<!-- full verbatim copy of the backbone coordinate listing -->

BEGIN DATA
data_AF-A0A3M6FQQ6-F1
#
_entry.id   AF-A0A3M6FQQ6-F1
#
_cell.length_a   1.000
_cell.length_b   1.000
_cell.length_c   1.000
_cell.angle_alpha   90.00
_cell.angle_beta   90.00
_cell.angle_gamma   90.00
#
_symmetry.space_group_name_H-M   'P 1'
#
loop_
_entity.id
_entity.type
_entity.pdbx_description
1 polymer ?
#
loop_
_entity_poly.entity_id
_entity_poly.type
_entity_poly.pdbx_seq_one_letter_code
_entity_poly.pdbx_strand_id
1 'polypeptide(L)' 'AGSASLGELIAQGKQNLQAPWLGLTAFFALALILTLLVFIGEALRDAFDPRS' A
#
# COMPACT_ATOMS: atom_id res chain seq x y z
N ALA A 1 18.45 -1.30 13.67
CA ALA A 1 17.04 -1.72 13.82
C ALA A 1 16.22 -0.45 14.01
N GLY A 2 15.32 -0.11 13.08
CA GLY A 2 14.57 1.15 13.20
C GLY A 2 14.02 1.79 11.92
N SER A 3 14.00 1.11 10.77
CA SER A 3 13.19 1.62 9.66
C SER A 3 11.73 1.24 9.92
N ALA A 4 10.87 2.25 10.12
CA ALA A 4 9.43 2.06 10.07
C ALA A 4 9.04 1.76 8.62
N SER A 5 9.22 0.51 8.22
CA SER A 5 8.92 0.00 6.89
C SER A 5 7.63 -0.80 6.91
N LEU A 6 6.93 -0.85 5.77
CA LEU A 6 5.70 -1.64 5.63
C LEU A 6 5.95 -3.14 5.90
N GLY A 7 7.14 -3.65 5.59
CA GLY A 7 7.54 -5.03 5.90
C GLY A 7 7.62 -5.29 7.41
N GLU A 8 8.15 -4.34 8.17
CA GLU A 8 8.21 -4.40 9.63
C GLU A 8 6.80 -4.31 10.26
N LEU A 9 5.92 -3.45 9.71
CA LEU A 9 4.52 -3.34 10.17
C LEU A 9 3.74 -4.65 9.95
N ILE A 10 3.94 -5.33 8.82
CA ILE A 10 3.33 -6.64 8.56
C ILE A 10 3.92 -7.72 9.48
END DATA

data_AF-A0A3M6FQQ6-F1
#
_entry.id   AF-A0A3M6FQQ6-F1
#
_cell.length_a   1.000
_cell.length_b   1.000
_cell.length_c   1.000
_cell.angle_alpha   90.00
_cell.angle_beta   90.00
_cell.angle_gamma   90.00
#
_symmetry.space_group_name_H-M   'P 1'
#
loop_
_entity.id
_entity.type
_entity.pdbx_description
1 polymer ?
#
loop_
_entity_poly.entity_id
_entity_poly.type
_entity_poly.pdbx_seq_one_letter_code
_entity_poly.pdbx_strand_id
1 'polypeptide(L)' 'AGSASLGELIAQGKQNLQAPWLGLTAFFALALILTLLVFIGEALRDAFDPRS' A
#
# COMPACT_ATOMS: atom_id res chain seq x y z
N ALA A 1 18.45 -1.30 13.67
CA ALA A 1 17.04 -1.72 13.82
C ALA A 1 16.22 -0.45 14.01
N GLY A 2 15.32 -0.11 13.08
CA GLY A 2 14.57 1.15 13.20
C GLY A 2 14.02 1.79 11.92
N SER A 3 14.00 1.11 10.77
CA SER A 3 13.19 1.62 9.66
C SER A 3 11.73 1.24 9.92
N ALA A 4 10.87 2.25 10.12
CA ALA A 4 9.43 2.06 10.07
C ALA A 4 9.04 1.76 8.62
N SER A 5 9.22 0.51 8.22
CA SER A 5 8.92 0.00 6.89
C SER A 5 7.63 -0.80 6.91
N LEU A 6 6.93 -0.85 5.77
CA LEU A 6 5.70 -1.64 5.63
C LEU A 6 5.95 -3.14 5.90
N GLY A 7 7.14 -3.65 5.59
CA GLY A 7 7.54 -5.03 5.90
C GLY A 7 7.62 -5.29 7.41
N GLU A 8 8.15 -4.34 8.17
CA GLU A 8 8.21 -4.40 9.63
C GLU A 8 6.80 -4.31 10.26
N LEU A 9 5.92 -3.45 9.71
CA LEU A 9 4.52 -3.34 10.17
C LEU A 9 3.74 -4.65 9.95
N ILE A 10 3.94 -5.33 8.82
CA ILE A 10 3.33 -6.64 8.56
C ILE A 10 3.92 -7.72 9.48